Susan is alone at home, and guess what happens? That’s right, the mummy cuts her open with a pair of scissors, and stuffs her with flowers and cotton. (That’s real mummy shit.) Knowing that Bellingham’s “Lot 249” is the reason for the death of his sister and best friend, Andy goes full Slater on Bellingham. He ties him to a chair and threatens to “roast his nuts” if Bellingham doesn’t hand over the scroll. After a good 10 or so minutes of Andy delivering one-liners, chuckling like a maniac, cutting up the mummy with an electric turkey carver, and spraying Bellingham’s crotch down with lighter fluid, Andy gets his hands on the scroll. He promptly burns it and, for whatever reason, lets Bellingham go.
But what would “Lot 249” be without a good Romero twist? The segment ends with Buscemi’s character laughing his face off in the back of a punk rock taxi driven by b-movie notable, Ralph Marrero. Bellingham had switched the scrolls, giving Andy a scroll of “ancient pictogram pornography”. He recites the words and boom, Susan and Lee are half assed mummies knocking at Andy’s door. Coat hanger, knife, and flowers in hand.
The second act is written by the almost always disappointing Stephen King, entitled “The Cat from Hell”. (Stephen King has a cat thing; dude’s terrified of them.) Fortunately, this segment, like the others, has a bizarre cast that was so thoughtlessly thrown together that you barely notice the storyline. William Hickey, one of the creepiest guys ever to grace the screen, plays the old man (Drogan) who lives alone in a mansion. David Johansen plays a hit man who was hired by Hickey. Like the first segment, director John Harrison doesn’t hold back on the noir feel. Johansen’s character, Halston, arrives at the mansion to meet with Drogan regarding a potential contract. I must say, Davis Johansen has some serious on-screen appeal. He’s like Nick Cave, Jim Jarmusch, and Jim Carrey rolled into one human who’s had the talent sucked right out of him. It’s compelling, to say the least, and the Buster Poindexter jokes are endlessly on tap. Here, Darkside throws the twist at you early, the contract is for a small black cat that has inhabited the mansion.
Drogan, the head of an evil pharmaceutical empire that – you guessed it – experimented on cats, explains that the cat has been sent to avenge its fallen brethren. It’s killed his sister by tripping her down the stairs, her best friend by literally face-fucking her to death, and his butler (played by the equally scary, Mark Margolis). Halston finds this all to be hilarious and accepts the hit like a sucker.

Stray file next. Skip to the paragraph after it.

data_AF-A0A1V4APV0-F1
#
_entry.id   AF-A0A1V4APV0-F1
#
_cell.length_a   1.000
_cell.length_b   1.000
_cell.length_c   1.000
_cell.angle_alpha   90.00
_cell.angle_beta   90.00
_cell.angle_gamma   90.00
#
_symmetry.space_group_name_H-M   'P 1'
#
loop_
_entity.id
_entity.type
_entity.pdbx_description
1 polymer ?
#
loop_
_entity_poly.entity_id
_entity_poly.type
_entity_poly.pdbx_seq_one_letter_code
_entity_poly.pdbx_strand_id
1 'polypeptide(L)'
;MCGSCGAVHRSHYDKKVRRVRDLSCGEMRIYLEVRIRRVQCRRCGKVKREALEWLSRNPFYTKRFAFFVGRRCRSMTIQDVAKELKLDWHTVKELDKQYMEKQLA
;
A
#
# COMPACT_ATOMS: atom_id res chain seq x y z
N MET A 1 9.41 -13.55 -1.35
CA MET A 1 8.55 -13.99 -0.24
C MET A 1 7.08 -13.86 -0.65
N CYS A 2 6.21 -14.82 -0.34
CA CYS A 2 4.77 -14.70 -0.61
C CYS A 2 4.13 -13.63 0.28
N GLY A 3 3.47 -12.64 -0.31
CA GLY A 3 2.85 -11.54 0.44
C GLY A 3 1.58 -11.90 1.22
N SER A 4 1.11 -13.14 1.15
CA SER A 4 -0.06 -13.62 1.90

As one would expect, Halston is left alone in the house with the cat. He has every opportunity to say, turn on a light, but Buster doesn’t play that way. Instead, he walks around the darkened house, pouring drinks and continuously proclaiming “I ain’t ever lost a hit”. From time to time, he opens his adorable little assassin box and selects a useless weapon, like a fucking piano string, to kill the cat. Needless to say, this cat pwnes the shit out of Halston for the next 15 minutes, nearly castrating him at one point. Eventually, he goes full Slater too and just starts shooting at everything while dropping one-liners. The cat, however, is not impressed. The clock strikes midnight, which everyone knows, is killing time for hell-spawn cats. Halston shoots the clock, like 20 times, only to find the cat hiding behind it, unscathed. As Halston screams nearly every obscenity imaginable at the evil feline, the furry little guy seizes the opportunity.
Yeah, the cat jumps down his throat. It’s amazing. The only thing that tops it, is when the cat comes back up. Drogan returns to the house, expecting to find Halston and a dead cat. Instead, he discovers a dead Halston with a belly full of pussy. In perfect campy timing, the clock starts working again and rings out the last bells of midnight. The cat jumps out of Halston’s corpse, jumps onto Drogan’s lap, and actually scares the guy to death. It seems like a let down, and then you remember Buster Poindexter deepthroating that cat, both ways. If you’ve ever wondered what it looks like when a cat is born, this is probably not far off.
Back to “The Wraparound Story”: our young Timmy is running out of time. Harry, however, allows him to tell one last story, as long as it’s a love story, because she’s romantic. (Come on, look at her, she’s very romantic.) He fumbles through the book and finds the perfect closer, “Lover’s Vow”.
Based, roughly, on a Yuki-onna tale by Lafcadio Hearn, “Lover’s Vow” follows a brilliantly simple storyline. Late one night, two men are leaving a bar when one man notices something strange in the alleyway. He goes to check it out, and a giant slimy gargoyle creature appears and proceeds to claw his hand and head off. The other guy, our main character, witnesses his friend’s demise as the gargoyle approaches him. He begs for life, so the creature makes him a deal: he may keep his life in exchange for a promise. He may live, as long as he never speaks a word of what happened that night.